Primetime Cut: Hazanavicius Returns to Absurdity with Overdone Zombie Remake
Michel Hazanavicius has certainly established his affection for the nonsensical, making a name for himself with the Bond spoof franchise OSS 117 before segueing to international acclaim with 2011 Best Picture Winner The Artist. He returns to a mixture of his preferred interests in a zombie comedy about filmmaking with his eighth film, Final Cut (Coupez!) which plays like an odd intersection of those aforementioned titles.
A remake of a hit 2017 Japanese film directed by Shinichiro Ueda, Hazanavicius stays true to the spirit of the original, employing several direct elements from it while also working with his usual collaborator, actor and wife Berenice Bejo. And much like the original, there’s a certain level of patience required to wade through the first two thirds of the film, with hokey slapstick and commentary about the sacrifices of filmmaking (especially evident in this version) before unleashing a gratifying third act which almost makes the first seventy-five minutes or so worthwhile. But not quite.
A group of actors making a film about zombies are struggling to film the final scene. Remi (Romain Duris), a shrill director, castigates the lead actress (Matilda Anna Ingrid Lutz) for failing to cry properly after thirty-one takes. Suddenly, the cast and crew are attacked by actual zombies, apparently due to the shoot transpiring on ground bearing a curse thanks to experiments done by the Japanese army (even though they’re in France). As everyone falls prey to the onslaught, the credits roll for a film called Z. Backing up to a month earlier, it’s revealed Remi was approached by Japanese producers to remake a zombie film for a new streaming platform. The only catch is, the project will stream live and transpire in one continuous take. Initially balking at the offer, he’s convinced by his wife Nadia (Bejo) and his daughter Romy’s (Simone Hazanavicius) reverence for lead actor Raphael (Finnegan Oldfield) to accept the offer. In the weeks leading up to airtime, Remi’s relationship with both his cast and the producers becomes increasingly strained. And when the day of the shoot arrives, the production is besotted by problems, diving into behind-the-scenes to explain the inane product revealed earlier.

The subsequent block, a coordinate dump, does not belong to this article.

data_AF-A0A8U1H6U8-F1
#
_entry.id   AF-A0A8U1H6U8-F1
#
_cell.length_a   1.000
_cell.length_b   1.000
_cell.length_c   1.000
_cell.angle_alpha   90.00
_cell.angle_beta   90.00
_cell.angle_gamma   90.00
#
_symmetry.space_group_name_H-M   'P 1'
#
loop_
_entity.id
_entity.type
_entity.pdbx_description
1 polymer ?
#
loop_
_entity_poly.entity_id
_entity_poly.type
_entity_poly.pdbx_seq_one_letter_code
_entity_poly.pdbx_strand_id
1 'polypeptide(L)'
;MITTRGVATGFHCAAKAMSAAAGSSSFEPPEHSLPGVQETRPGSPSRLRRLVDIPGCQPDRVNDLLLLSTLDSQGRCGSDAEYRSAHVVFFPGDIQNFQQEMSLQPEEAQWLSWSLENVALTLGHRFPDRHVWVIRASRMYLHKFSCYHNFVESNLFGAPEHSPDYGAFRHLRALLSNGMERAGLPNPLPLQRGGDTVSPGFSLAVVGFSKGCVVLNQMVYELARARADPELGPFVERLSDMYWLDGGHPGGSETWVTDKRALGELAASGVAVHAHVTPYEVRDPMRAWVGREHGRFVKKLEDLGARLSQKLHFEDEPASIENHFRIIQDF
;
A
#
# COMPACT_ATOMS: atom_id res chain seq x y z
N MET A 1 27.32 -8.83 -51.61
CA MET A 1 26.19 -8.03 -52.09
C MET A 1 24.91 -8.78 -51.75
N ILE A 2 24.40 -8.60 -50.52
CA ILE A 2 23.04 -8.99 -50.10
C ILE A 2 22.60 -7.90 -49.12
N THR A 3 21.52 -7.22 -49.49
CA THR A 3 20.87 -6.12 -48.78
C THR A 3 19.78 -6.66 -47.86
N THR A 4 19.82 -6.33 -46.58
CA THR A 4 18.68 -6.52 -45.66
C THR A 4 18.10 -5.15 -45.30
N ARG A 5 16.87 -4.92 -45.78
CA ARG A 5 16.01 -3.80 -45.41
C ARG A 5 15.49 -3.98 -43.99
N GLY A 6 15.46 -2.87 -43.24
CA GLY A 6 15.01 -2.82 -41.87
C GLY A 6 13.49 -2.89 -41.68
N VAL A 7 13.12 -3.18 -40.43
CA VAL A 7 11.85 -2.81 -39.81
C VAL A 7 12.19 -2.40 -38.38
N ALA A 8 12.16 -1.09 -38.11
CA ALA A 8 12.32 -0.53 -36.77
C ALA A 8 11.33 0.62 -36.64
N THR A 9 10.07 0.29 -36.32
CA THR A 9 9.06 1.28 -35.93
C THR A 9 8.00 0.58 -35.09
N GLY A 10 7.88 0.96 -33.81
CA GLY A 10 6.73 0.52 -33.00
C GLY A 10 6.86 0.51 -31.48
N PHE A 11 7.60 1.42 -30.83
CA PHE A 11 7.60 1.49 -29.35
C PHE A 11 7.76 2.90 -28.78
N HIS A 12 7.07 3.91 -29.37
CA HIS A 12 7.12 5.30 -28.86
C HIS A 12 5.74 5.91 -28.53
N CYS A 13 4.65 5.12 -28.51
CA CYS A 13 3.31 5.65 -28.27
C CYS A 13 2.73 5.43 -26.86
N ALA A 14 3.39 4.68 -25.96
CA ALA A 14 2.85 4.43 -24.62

The set-up to get to where Final Cut eventually ends up is extensive, like a joke whose anecdote is too lengthy to care about the punchline. What’s missing, strangely, is the cultural recalibration Hazanavicius might have better employed as directly referenced in this parody within a parody. If the original felt more attuned to culturally specific humor of its target audience, Final Cut doubles down about the surface issue faced by a French film crew shackled to a specifically Japanese script while forgetting to inject any intelligent humor. In other words, the necessary self-reflexivity is superficial, and the comedic aplomb required to make the initial thirty minute product and then the month-long pre-production is lacking. Had there been more finesse in the lead-up to the finale, this might have been a formidable comedic gem from Hazanavicius instead of something living up to the mantra of Roman Duris’ director who excels in making products fast, decent and cheap.
But by the time we get to the live streaming production, where every conceivable problem occurs simultaneously, the energy spikes significantly, even considering the film is repeating material we’ve seen before. Perhaps a key to deciphering the audience is fed to us directly, when Bejo’s Nadia explains to their daughter, “But you have to like zombies,” when questioned if the script was any good. And this is true—for those burned out on zombie comedies ever since Edgar Wright’s Shaun of the Dead (2004) popularized the craze, Final Cut might seem like old hat. But there’s a certain glee evident when we’re privy to why the first thirty minute product was so inanely bad, and terrible slapstick spins into the humorous silver lining the film so desperately needed to tap into earlier.
Bejo, who has appeared in nearly all of her husband’s films, seems to be having a lot of fun as a retired actress who reveals a rather toxic relationship to her craft. Romaine Duris is a standout (who previously co-starred with Bejo in Populaire, 2012) as the resourceful, but stressed out director, as is Jean-Pascal Zadi as his affable composer. Others are playing up the usual cliches, such as Finnegan Oldfield as a rising celebrity diva who keeps getting compared to Adam Driver, Matilda Anna Ingrid Lutz as his social media obsessed co-star and Gregory Gadebois as a closeted alcoholic whose addiction complicates the shoot. These are tried and true elements required for this subgenre, with Gadebois recalling the Jim Broadbent character of Bullets Over Broadway (1994) or the Denholm Elliott lush in Noises Off! (1992). Most of the French cast is eclipsed by the transfixing Yoshiko Takahara, playing the same role as producer from the first film.
It’s difficult to fake a cheap production and Final Cut also feels a bit too polished considering the actual zombie project looks quite impressive thanks to DP Jonathan Ricquebourg (The Death of Louis XIV, 2016), while esteemed composer Alexander Desplat also brings a sense of finesse at odds with the film’s ragtag insinuations. And while Final Cut doesn’t feel fast or cheap, it at least brings itself to a level of decency—-but had there been intricate, melancholic humor or a semblance of empathy in the lead up to the finale, Hazanavicius might have something resembling Frank Oz’s Bowfinger (1999).
Reviewed on May 17th at the 2022 Cannes Film Festival – Opening Night Film. 110 Mins